The New York Yankees may very well have the most storied history in professional sports. They have set the bar for greatness for sports as well, amassing an incredible 27 World Series Championships and 40 American League Pennants. Of course, a franchise can’t have such a rich history without legendary ballplayers, and the Yanks are unmatched in that department by a wide margin.
Joe DiMaggio and Mickey Mantle are the classic “passing the torch” scenario. “Joltin” Joe patrolled center field in the pinstripes from 1936 to1942, then from 1946 to 1951, in which time he led the Bronx Bombers to nine titles in thirteen years.
Mantle came to the Yankees in 1951 as a right fielder, then took over center in 1952 after DiMaggio retired after the 1951 season. The Spavinaw, Oklahoma product was the best switch hitter for power the diamond has ever seen, and he led the Yanks to seven championships before his subsequent late career decline and retirement in 1968.
Both are Yankees legends. Both are Hall of Famers. Both have a list of accolades that together could probably produce a novel. But, who was better overall?
“Joltin” Joe DiMaggio
Career Statistics (13 MLB seasons):
Batting Average: .325 Hits: 2,214 Homeruns: 361 RBI: 1,537
13x All-Star, 9x World Series Champion, 3x American League MVP, MLB Record 56-game hitting streak, MLB All-Century Team, MLB Hall of Fame member.
Mickey Mantle: “The Mick”
Career Statistics (18 MLB seasons):
Batting Average: .298 Hits: 2,415 Homeruns: 536 HR: 1,509 RBI
16x All-Star*, 7x World Series Champion, 3x American League MVP, Gold Glove 1962, 1956 Triple Crown, MLB All-Century Team, MLB Hall of Fame member.
Each Players Has His Advantages
Both of these legends were great in respective areas. First I must take into account that Mantle played five more seasons than DiMaggio did because DiMaggio served in the military during wartime.
Mantle’s clear advantage was hitting for power as a switch-hitter. He crushed 536 home runs in an era where ballparks were not hitter friendly, and he also hit some of the longest bombs in the history of baseball. He was also a very stellar outfielder, winning a Gold Glove Award. However, I am quite certain DiMaggio would have won a few of them in his prime, but it was not an award until 1957, after his retirement.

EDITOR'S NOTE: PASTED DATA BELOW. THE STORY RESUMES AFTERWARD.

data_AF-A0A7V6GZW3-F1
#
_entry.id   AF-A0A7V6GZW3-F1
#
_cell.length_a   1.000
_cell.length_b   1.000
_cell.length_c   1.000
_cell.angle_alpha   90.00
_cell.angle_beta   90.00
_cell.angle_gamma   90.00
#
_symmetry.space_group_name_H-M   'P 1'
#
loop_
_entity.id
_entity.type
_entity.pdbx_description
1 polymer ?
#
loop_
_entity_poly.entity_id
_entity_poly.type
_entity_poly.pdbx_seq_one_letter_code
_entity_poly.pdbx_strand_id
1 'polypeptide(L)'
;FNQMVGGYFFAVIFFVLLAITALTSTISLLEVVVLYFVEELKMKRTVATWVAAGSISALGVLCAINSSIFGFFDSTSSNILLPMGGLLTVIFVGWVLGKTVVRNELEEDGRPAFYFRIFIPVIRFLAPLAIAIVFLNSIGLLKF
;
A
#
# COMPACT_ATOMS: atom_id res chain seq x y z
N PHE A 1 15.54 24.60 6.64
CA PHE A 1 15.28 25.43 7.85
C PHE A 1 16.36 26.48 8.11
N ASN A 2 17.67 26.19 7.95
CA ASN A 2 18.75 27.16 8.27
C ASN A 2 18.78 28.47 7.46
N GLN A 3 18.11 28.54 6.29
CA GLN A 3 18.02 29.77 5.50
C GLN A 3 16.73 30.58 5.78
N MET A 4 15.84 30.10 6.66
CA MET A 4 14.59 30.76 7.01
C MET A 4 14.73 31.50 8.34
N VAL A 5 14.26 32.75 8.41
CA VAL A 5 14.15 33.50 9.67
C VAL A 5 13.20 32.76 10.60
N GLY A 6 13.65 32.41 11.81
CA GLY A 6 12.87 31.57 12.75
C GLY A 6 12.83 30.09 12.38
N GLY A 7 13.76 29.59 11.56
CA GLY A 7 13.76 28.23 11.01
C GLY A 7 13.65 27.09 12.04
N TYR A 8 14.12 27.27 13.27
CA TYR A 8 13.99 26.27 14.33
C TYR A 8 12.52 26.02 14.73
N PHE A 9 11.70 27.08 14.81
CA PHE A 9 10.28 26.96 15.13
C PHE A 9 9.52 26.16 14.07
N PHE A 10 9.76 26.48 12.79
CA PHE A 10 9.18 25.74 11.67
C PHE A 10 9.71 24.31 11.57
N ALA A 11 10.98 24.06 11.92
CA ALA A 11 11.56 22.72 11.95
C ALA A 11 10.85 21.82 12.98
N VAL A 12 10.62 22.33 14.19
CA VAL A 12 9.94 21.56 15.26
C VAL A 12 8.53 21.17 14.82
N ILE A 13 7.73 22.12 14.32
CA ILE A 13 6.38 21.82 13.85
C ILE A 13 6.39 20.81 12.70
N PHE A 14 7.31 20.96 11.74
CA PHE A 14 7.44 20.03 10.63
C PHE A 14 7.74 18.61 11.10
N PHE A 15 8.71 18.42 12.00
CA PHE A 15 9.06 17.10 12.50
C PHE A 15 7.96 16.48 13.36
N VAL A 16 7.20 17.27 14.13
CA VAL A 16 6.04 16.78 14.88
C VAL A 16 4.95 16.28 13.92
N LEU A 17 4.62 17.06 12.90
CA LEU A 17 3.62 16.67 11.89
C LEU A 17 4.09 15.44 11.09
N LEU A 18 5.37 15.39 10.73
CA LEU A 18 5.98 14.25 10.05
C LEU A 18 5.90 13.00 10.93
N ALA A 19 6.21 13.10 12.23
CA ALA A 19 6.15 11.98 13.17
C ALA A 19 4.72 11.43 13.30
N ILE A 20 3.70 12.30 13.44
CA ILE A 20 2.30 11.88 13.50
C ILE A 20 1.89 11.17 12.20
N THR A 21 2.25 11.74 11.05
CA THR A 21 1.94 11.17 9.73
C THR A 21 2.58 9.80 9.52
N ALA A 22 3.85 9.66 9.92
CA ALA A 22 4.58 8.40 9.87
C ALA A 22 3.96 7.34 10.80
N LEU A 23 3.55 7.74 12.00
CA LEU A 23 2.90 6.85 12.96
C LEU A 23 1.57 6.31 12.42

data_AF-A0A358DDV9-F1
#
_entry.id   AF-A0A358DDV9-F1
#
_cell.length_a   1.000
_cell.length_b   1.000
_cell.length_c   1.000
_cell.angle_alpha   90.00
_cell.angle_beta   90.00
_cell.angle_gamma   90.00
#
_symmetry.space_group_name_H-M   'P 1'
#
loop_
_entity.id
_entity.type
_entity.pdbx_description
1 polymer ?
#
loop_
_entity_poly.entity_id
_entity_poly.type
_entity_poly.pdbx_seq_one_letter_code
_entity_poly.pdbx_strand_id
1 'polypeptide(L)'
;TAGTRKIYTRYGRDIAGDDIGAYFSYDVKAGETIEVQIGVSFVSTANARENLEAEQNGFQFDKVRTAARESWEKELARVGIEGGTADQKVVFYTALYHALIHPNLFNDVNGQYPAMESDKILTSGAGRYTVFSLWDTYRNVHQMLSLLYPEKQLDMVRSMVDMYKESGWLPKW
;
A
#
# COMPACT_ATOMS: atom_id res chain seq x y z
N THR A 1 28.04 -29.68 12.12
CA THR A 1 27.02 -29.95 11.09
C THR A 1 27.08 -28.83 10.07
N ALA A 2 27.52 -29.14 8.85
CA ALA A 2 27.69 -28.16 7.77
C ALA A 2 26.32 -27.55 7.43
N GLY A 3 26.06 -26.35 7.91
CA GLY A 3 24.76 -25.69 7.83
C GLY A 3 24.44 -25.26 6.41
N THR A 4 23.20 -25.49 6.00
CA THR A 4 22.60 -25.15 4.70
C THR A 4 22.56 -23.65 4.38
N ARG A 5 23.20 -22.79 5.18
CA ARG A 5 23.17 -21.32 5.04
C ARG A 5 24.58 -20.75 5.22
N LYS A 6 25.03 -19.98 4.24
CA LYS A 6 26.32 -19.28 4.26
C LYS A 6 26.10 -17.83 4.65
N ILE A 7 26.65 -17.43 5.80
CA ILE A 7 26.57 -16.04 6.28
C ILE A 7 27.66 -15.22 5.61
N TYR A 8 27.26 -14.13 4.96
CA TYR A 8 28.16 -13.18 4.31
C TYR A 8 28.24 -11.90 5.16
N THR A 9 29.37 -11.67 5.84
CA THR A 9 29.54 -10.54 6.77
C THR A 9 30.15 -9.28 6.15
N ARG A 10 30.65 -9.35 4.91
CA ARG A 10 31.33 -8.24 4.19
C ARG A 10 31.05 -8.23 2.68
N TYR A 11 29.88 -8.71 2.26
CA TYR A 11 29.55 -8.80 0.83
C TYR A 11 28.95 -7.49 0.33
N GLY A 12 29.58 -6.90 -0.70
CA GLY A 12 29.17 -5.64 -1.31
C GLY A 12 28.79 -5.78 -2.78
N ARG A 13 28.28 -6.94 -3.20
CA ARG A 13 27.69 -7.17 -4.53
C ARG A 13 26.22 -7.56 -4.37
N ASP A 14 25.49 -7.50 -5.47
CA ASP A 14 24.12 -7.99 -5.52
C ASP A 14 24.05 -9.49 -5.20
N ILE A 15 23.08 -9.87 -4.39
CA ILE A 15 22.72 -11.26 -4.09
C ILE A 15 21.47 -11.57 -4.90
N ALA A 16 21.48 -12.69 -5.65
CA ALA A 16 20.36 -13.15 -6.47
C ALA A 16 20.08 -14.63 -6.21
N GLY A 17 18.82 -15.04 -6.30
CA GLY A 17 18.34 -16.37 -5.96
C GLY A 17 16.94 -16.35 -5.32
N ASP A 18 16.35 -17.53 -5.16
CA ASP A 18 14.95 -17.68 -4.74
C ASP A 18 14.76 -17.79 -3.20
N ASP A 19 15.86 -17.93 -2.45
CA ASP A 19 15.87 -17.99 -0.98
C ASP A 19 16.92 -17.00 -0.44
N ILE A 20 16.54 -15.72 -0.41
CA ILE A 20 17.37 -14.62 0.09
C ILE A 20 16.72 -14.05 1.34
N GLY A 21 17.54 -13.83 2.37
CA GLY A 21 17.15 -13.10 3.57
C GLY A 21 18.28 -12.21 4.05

It’s only fair to say that Mantle would have won a few more from 1952-1956 as well. Gold Gloves in my mind are equal, simply because they were both great center fielders but the award wasn’t available during DiMaggio’s career nor in the beginning of Mantle’s.
A stat that jumps out at me is DiMaggio having a far superior batting average, 27 percentage points above Mantle’s, and he also had more RBI’s in five fewer seasons. Give DiMaggio five more seasons and his home run total (361) would be much closer to Mantle’s. Let’s assume he would have hit 20 in each of those five seasons, his total would be at 461, just below Mantle’s 536.
Being a life-long Yankees fan, my father had countless Yankees history books around the house when I was kid, I know the history of both of these players. Overall, I have to give the nod here to DiMaggio. He had overall better hitting stats outside of home runs in five fewer seasons. Mantle possessed incredible power, but struck out very often as well. DiMag’ was a more consistent hitter and that is proven in his average and RBI totals. There’s no telling what his final stat-lines would look like had he not missed time due to military service. The only clear advantage for Mantle was power. If Gold Gloves were an award during DiMaggio’s tenure I guarantee he would have garnered 5+ of them. It is for those reasons I believe DiMaggio was a more complete player than Mantle, of course that doesn’t take away of how great Mantle was. But comparison pieces are done to declare a winner, not go on and on about how amazing these players were, because everybody already knows that.
“The Yankee Clipper”, Joe DiMaggio.